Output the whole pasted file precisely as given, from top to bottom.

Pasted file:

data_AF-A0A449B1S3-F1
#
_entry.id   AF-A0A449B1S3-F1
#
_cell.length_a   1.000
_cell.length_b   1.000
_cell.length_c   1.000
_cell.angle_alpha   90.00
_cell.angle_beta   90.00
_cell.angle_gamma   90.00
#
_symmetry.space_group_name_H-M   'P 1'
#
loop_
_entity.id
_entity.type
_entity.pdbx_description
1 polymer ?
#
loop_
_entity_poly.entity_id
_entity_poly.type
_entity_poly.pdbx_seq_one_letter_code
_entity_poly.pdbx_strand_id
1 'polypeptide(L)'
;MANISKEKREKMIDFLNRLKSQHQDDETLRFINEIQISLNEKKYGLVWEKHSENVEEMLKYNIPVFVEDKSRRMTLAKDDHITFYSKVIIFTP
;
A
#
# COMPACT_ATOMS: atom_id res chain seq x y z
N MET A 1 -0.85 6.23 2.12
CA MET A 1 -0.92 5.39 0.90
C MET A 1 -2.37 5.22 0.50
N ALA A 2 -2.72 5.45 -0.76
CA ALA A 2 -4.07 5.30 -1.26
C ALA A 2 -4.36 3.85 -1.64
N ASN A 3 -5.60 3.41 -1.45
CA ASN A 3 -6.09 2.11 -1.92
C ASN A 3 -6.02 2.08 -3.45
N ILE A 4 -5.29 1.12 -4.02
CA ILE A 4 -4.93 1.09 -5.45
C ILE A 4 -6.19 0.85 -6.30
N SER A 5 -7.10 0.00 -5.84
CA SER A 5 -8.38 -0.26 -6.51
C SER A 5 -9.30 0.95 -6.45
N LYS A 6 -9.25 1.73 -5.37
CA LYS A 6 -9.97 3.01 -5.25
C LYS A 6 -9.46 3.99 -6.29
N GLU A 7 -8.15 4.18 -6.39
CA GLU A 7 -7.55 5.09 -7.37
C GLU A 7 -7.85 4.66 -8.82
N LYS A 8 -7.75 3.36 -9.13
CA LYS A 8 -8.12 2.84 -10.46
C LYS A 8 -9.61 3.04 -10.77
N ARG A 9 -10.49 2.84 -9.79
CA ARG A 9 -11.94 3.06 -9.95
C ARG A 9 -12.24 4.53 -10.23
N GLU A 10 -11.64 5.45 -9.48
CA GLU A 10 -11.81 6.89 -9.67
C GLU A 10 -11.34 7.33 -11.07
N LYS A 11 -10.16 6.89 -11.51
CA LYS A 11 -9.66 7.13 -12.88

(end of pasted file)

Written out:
data_AF-A0A449B1S3-F1
#
_entry.id   AF-A0A449B1S3-F1
#
_cell.length_a   1.000
_cell.length_b   1.000
_cell.length_c   1.000
_cell.angle_alpha   90.00
_cell.angle_beta   90.00
_cell.angle_gamma   90.00
#
_symmetry.space_group_name_H-M   'P 1'
#
loop_
_entity.id
_entity.type
_entity.pdbx_description
1 polymer ?
#
loop_
_entity_poly.entity_id
_entity_poly.type
_entity_poly.pdbx_seq_one_letter_code
_entity_poly.pdbx_strand_id
1 'polypeptide(L)'
;MANISKEKREKMIDFLNRLKSQHQDDETLRFINEIQISLNEKKYGLVWEKHSENVEEMLKYNIPVFVEDKSRRMTLAKDDHITFYSKVIIFTP
;
A
#
# COMPACT_ATOMS: atom_id res chain seq x y z
N MET A 1 -0.85 6.23 2.12
CA MET A 1 -0.92 5.39 0.90
C MET A 1 -2.37 5.22 0.50
N ALA A 2 -2.72 5.45 -0.76
CA ALA A 2 -4.07 5.30 -1.26
C ALA A 2 -4.36 3.85 -1.64
N ASN A 3 -5.60 3.41 -1.45
CA ASN A 3 -6.09 2.11 -1.92
C ASN A 3 -6.02 2.08 -3.45
N ILE A 4 -5.29 1.12 -4.02
CA ILE A 4 -4.93 1.09 -5.45
C ILE A 4 -6.19 0.85 -6.30
N SER A 5 -7.10 0.00 -5.84
CA SER A 5 -8.38 -0.26 -6.51
C SER A 5 -9.30 0.95 -6.45
N LYS A 6 -9.25 1.73 -5.37
CA LYS A 6 -9.97 3.01 -5.25
C LYS A 6 -9.46 3.99 -6.29
N GLU A 7 -8.15 4.18 -6.39
CA GLU A 7 -7.55 5.09 -7.37
C GLU A 7 -7.85 4.66 -8.82
N LYS A 8 -7.75 3.36 -9.13
CA LYS A 8 -8.12 2.84 -10.46
C LYS A 8 -9.61 3.04 -10.77
N ARG A 9 -10.49 2.84 -9.79
CA ARG A 9 -11.94 3.06 -9.95
C ARG A 9 -12.24 4.53 -10.23
N GLU A 10 -11.64 5.45 -9.48
CA GLU A 10 -11.81 6.89 -9.67
C GLU A 10 -11.34 7.33 -11.07
N LYS A 11 -10.16 6.89 -11.51
CA LYS A 11 -9.66 7.13 -12.88